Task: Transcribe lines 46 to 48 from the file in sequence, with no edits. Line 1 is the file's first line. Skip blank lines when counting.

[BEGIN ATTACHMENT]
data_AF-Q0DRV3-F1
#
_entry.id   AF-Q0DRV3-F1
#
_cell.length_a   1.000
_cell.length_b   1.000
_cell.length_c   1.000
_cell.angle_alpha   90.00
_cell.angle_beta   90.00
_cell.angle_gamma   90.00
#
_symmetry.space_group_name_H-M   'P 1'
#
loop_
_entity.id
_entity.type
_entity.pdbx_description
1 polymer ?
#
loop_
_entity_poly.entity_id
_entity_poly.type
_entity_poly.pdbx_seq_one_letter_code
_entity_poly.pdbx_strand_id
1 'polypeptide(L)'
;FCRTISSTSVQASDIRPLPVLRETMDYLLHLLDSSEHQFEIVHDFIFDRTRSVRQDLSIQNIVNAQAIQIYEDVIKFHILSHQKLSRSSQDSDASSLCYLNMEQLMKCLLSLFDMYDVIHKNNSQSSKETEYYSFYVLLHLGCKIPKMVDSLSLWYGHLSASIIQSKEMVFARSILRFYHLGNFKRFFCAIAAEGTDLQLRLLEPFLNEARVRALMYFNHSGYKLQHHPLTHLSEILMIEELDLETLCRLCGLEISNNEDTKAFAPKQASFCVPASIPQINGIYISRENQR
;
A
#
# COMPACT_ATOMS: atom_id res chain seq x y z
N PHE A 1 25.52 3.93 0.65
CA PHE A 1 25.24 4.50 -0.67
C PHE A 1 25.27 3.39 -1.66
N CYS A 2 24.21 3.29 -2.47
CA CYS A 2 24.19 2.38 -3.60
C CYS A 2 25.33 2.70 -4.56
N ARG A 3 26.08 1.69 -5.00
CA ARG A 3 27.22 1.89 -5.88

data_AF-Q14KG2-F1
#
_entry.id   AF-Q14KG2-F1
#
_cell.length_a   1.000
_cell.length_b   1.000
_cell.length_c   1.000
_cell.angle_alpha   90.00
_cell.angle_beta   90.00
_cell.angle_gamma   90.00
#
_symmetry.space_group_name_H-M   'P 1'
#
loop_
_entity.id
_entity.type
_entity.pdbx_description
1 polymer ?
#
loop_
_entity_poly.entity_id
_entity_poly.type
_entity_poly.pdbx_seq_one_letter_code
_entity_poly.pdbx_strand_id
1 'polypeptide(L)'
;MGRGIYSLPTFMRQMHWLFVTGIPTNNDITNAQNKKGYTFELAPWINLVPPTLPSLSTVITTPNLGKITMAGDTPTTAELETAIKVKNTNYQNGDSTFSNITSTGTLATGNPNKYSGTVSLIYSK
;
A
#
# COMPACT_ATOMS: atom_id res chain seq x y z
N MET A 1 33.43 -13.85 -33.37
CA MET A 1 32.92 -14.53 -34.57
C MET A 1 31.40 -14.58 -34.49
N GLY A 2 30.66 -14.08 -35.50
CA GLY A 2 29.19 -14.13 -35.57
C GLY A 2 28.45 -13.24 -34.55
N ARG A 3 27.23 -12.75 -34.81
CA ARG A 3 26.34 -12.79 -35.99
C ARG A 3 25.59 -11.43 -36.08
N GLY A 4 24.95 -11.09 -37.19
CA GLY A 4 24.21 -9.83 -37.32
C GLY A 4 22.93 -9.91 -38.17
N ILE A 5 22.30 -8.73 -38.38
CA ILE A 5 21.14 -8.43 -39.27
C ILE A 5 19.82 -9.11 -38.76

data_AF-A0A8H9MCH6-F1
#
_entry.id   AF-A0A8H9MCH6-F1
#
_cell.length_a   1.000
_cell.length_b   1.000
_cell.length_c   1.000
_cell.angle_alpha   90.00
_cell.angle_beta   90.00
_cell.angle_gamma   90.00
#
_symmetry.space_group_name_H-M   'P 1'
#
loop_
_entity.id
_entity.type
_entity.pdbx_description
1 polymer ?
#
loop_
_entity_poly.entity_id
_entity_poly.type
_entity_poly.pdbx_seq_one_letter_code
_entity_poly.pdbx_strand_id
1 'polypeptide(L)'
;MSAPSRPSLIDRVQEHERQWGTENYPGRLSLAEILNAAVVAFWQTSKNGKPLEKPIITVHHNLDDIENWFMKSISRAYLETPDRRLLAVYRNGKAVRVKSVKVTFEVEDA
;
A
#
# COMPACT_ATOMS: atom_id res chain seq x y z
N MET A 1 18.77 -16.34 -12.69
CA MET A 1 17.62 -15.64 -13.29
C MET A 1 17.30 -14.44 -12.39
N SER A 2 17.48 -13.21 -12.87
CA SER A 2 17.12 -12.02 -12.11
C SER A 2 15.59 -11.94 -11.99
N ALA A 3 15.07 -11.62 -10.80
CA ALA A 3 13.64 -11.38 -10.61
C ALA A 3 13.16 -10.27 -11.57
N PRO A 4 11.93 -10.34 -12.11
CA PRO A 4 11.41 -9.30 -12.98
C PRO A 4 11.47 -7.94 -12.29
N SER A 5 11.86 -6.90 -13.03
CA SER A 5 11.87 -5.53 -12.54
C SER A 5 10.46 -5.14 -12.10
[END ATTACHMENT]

_cell.angle_alpha   90.00
_cell.angle_beta   90.00
_cell.angle_gamma   90.00